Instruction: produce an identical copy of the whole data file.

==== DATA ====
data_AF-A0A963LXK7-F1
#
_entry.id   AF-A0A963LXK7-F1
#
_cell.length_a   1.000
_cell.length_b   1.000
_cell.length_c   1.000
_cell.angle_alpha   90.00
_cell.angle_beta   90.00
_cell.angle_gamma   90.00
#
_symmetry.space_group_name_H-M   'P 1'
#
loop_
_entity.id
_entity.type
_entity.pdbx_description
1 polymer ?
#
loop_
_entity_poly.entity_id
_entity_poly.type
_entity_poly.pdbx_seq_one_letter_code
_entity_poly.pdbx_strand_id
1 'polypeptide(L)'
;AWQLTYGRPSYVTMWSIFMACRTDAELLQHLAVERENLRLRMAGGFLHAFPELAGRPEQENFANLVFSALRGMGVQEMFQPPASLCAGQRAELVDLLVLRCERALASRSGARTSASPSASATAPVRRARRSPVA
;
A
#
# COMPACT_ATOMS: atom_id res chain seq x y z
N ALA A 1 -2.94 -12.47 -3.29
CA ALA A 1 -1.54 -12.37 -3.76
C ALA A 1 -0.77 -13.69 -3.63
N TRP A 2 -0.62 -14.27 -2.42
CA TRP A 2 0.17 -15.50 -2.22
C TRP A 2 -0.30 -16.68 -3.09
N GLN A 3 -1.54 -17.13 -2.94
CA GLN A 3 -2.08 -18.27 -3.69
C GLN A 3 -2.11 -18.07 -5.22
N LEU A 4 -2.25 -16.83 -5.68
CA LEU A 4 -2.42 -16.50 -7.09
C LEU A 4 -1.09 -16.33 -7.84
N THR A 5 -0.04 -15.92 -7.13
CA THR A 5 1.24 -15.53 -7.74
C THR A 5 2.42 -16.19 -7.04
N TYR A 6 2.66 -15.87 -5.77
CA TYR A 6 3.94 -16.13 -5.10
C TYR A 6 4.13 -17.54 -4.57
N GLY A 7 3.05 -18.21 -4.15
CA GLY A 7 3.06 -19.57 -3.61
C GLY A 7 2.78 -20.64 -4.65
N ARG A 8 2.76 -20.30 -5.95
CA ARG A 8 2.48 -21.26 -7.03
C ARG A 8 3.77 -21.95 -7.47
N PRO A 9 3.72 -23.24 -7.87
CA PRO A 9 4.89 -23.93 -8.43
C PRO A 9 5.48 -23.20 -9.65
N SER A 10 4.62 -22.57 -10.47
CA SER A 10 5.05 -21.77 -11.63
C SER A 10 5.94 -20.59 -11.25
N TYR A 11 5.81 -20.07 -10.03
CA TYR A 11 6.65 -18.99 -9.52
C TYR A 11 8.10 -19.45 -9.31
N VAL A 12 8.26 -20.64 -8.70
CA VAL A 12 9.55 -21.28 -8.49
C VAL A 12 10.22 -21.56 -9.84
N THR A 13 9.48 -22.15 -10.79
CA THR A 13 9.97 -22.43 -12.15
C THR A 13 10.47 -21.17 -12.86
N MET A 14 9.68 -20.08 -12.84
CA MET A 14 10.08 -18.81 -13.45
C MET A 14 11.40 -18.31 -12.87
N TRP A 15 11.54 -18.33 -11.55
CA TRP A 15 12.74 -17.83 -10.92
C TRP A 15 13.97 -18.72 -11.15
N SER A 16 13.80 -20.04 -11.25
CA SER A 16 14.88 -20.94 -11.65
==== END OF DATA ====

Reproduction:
data_AF-A0A963LXK7-F1
#
_entry.id   AF-A0A963LXK7-F1
#
_cell.length_a   1.000
_cell.length_b   1.000
_cell.length_c   1.000
_cell.angle_alpha   90.00
_cell.angle_beta   90.00
_cell.angle_gamma   90.00
#
_symmetry.space_group_name_H-M   'P 1'
#
loop_
_entity.id
_entity.type
_entity.pdbx_description
1 polymer ?
#
loop_
_entity_poly.entity_id
_entity_poly.type
_entity_poly.pdbx_seq_one_letter_code
_entity_poly.pdbx_strand_id
1 'polypeptide(L)'
;AWQLTYGRPSYVTMWSIFMACRTDAELLQHLAVERENLRLRMAGGFLHAFPELAGRPEQENFANLVFSALRGMGVQEMFQPPASLCAGQRAELVDLLVLRCERALASRSGARTSASPSASATAPVRRARRSPVA
;
A
#
# COMPACT_ATOMS: atom_id res chain seq x y z
N ALA A 1 -2.94 -12.47 -3.29
CA ALA A 1 -1.54 -12.37 -3.76
C ALA A 1 -0.77 -13.69 -3.63
N TRP A 2 -0.62 -14.27 -2.42
CA TRP A 2 0.17 -15.50 -2.22
C TRP A 2 -0.30 -16.68 -3.09
N GLN A 3 -1.54 -17.13 -2.94
CA GLN A 3 -2.08 -18.27 -3.69
C GLN A 3 -2.11 -18.07 -5.22
N LEU A 4 -2.25 -16.83 -5.68
CA LEU A 4 -2.42 -16.50 -7.09
C LEU A 4 -1.09 -16.33 -7.84
N THR A 5 -0.04 -15.92 -7.13
CA THR A 5 1.24 -15.53 -7.74
C THR A 5 2.42 -16.19 -7.04
N TYR A 6 2.66 -15.87 -5.77
CA TYR A 6 3.94 -16.13 -5.10
C TYR A 6 4.13 -17.54 -4.57
N GLY A 7 3.05 -18.21 -4.15
CA GLY A 7 3.06 -19.57 -3.61
C GLY A 7 2.78 -20.64 -4.65
N ARG A 8 2.76 -20.30 -5.95
CA ARG A 8 2.48 -21.26 -7.03
C ARG A 8 3.77 -21.95 -7.47
N PRO A 9 3.72 -23.24 -7.87
CA PRO A 9 4.89 -23.93 -8.43
C PRO A 9 5.48 -23.20 -9.65
N SER A 10 4.62 -22.57 -10.47
CA SER A 10 5.05 -21.77 -11.63
C SER A 10 5.94 -20.59 -11.25
N TYR A 11 5.81 -20.07 -10.03
CA TYR A 11 6.65 -18.99 -9.52
C TYR A 11 8.10 -19.45 -9.31
N VAL A 12 8.26 -20.64 -8.70
CA VAL A 12 9.55 -21.28 -8.49
C VAL A 12 10.22 -21.56 -9.84
N THR A 13 9.48 -22.15 -10.79
CA THR A 13 9.97 -22.43 -12.15
C THR A 13 10.47 -21.17 -12.86
N MET A 14 9.68 -20.08 -12.84
CA MET A 14 10.08 -18.81 -13.45
C MET A 14 11.40 -18.31 -12.87
N TRP A 15 11.54 -18.33 -11.55
CA TRP A 15 12.74 -17.83 -10.92
C TRP A 15 13.97 -18.72 -11.15
N SER A 16 13.80 -20.04 -11.25
CA SER A 16 14.88 -20.94 -11.65